Perishable Goods – A review of BAD MARKET, directed by Paul Gaius
The glow of Lovette’s cigarette sets the tone for Paul Gaius’ 30-minute short film BAD MARKET. Her figure smouldering in red light, with fingernails to match, Lovette is putting finishing touches to her young charge’s appearance. The under-age Eno (Oluwafumbi Adesolanke) sits silently in the cramped room as she is dolled-up for her out-of-state appointment.
Played by Rita Edward, Lovette and her perhaps-lover Chike (Sunny Chikezie) run an interstate trafficking syndicate. Any doubts about Eno’s preparation for the slaughter slab soon evaporate when Chike arrives to collect her for the pleasures of a Lagos-based client.
There is little insight into Eno’s predicament as a ‘born troway’ (or “little reject”) in Lovette’s custody. She speaks few words in the film but soon acquires the labels “witch”, “animal” and the eponymous “bad market”.
Chike himself looks forward to a new life abroad, hence his impatience and use of force. He is also extremely anxious about getting this contract over and done with. Eno is however not as keen on forcefully giving up her innocence. Naturally, the clash of interest between these two desperate souls would ensure dire consequences. Throughout the ride, Eno keeps her cards up her sleeves; but Chike retains the upper hand on more than one occasion.
Through Eno as its prism, BAD MARKET highlights issues of human trafficking and prostitution as it affects young girls in particular. Some do not survive their experiences. Enablers who turn a blind eye or are actively involved in such operations are embodied in the characters of Chike, Lovette and the female police officer, whose senses are dimmed by the scent of a bribe.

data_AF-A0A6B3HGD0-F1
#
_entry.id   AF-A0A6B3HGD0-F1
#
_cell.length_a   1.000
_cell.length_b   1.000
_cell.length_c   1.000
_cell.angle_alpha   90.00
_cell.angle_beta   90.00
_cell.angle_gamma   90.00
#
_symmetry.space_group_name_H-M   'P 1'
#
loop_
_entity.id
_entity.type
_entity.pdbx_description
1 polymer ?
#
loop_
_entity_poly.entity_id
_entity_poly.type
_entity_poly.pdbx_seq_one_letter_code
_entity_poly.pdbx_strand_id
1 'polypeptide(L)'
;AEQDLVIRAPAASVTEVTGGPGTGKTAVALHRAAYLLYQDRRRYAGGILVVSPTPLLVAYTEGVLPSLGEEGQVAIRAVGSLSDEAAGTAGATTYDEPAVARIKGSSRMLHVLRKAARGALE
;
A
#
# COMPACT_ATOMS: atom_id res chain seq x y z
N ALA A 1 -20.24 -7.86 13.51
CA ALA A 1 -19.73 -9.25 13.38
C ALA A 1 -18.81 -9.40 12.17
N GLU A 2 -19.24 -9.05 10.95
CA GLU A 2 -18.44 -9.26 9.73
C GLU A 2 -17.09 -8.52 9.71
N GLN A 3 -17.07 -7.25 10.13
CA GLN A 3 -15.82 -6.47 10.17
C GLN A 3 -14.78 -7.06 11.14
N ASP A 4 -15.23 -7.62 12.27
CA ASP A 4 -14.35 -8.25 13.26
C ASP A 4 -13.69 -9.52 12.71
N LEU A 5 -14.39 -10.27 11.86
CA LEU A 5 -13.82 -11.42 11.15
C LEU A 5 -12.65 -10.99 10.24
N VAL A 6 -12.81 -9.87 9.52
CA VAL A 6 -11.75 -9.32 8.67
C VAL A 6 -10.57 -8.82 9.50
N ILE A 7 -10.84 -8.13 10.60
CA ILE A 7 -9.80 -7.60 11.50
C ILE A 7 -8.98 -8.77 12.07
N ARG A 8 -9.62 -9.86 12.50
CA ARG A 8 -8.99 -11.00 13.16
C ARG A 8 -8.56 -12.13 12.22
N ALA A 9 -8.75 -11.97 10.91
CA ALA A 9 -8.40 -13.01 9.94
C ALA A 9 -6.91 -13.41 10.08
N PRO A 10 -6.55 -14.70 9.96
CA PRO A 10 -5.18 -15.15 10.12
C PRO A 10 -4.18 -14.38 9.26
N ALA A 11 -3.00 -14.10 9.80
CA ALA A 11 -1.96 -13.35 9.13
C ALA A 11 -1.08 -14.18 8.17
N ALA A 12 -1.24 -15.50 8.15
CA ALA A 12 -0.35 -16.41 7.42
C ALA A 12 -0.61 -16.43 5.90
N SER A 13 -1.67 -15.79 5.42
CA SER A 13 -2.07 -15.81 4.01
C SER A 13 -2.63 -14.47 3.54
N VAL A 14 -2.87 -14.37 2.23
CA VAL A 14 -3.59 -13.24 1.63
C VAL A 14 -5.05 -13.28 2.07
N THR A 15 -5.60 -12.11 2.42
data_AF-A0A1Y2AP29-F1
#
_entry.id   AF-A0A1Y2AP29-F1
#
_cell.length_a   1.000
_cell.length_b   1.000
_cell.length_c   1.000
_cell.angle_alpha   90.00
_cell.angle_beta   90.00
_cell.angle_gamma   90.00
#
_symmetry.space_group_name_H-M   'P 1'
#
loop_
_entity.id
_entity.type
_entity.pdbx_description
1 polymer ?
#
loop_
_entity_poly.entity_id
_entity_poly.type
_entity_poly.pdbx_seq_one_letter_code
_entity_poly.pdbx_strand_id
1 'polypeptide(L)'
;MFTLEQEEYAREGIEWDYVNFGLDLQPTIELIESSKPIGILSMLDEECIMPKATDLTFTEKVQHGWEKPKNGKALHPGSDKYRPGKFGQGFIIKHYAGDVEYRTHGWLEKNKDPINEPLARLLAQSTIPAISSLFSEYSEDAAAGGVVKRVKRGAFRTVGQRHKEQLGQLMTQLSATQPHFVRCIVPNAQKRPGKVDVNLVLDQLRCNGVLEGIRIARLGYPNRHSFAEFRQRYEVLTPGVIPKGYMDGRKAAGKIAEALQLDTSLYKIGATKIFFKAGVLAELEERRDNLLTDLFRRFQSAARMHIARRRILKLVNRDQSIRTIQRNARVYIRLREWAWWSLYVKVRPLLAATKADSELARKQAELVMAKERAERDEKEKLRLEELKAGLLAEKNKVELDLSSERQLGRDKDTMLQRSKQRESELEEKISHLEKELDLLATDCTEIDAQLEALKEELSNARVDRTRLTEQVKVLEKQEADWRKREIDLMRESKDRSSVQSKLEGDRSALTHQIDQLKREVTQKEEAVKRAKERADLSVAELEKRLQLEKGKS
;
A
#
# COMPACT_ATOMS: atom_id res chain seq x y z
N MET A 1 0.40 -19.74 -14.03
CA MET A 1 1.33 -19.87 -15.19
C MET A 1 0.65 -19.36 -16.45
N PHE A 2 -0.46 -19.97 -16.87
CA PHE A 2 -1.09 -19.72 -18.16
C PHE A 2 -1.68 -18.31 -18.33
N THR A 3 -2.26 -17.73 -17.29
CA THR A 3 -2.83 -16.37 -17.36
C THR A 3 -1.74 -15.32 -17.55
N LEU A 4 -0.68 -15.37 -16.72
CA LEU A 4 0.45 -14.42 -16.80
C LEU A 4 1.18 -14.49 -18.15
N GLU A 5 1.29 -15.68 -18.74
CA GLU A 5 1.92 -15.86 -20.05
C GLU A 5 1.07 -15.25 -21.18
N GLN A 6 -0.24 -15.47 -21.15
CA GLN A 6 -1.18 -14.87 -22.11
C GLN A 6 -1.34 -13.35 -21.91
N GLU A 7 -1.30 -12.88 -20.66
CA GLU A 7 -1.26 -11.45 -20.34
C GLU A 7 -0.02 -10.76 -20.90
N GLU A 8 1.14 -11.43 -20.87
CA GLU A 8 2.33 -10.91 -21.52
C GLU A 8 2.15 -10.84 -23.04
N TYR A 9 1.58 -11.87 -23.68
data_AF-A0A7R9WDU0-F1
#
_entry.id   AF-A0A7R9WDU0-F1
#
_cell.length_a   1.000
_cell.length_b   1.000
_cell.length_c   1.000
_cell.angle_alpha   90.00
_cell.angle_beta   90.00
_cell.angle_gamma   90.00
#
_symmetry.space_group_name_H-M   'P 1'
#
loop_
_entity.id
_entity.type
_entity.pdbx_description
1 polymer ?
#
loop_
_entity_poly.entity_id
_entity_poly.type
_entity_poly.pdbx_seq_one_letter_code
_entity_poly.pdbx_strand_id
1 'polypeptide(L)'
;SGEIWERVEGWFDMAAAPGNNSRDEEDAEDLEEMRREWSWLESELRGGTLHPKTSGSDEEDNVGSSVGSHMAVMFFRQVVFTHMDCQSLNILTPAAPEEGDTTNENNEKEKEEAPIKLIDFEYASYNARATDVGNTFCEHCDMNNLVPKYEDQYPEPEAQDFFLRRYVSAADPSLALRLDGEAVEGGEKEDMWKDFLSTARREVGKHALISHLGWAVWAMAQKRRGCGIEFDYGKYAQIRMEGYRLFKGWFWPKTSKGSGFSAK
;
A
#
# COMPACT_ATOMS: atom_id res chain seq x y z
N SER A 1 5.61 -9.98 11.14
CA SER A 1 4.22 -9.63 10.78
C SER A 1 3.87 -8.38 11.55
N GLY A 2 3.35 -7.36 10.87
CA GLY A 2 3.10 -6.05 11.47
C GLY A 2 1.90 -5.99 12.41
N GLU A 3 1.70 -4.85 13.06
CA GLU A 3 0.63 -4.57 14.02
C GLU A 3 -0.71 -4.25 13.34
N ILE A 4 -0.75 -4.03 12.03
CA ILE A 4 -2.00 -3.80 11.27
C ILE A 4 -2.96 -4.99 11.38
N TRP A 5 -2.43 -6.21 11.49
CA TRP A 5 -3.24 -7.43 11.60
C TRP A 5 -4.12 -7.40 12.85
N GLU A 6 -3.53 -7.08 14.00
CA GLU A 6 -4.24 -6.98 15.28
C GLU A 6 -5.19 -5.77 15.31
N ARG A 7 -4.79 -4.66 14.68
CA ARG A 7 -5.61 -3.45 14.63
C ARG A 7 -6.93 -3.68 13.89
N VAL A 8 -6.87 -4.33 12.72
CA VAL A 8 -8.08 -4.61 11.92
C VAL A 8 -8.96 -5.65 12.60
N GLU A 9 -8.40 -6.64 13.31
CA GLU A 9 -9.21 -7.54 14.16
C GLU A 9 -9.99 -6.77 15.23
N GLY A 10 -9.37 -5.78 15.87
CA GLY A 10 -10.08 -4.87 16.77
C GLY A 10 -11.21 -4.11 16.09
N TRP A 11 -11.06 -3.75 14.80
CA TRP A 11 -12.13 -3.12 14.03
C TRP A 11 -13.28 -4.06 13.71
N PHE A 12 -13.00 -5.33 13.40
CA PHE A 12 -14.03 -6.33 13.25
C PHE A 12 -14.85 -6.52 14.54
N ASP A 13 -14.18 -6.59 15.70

Framing his shots through doors and windows – open or closed – Gaius gives the impression that, although the film’s action is in plain sight, we are intruding on parts of the underworld. His wide shots echo a similar motif: No one can rescue Eno. But does she really need help?
Chike and Lovette are not the only villains on Eno’s path though. Like many before her, the overwhelming city of Lagos and the fear of poverty combine to foil her escape bids. As the thriller’s female lead, her character evolves – for good or bad – from its start-off point as helpless victim. Adesolanke’s restrained portrayal enhances her characterisation of the unpredictable Eno. It is a relief to see her eventually get one up on her adversaries. And at the end of the film, one can assume that Eno also does one better on the dingy apartment in which we first see her.
BAD MARKET unravels smoothly boasting unexpected twists along the way. A major bump in the road though is the film’s poor sound mixing and a needless epilogue. Nonetheless, it makes for intriguing viewing.
By Aderinsola Ajao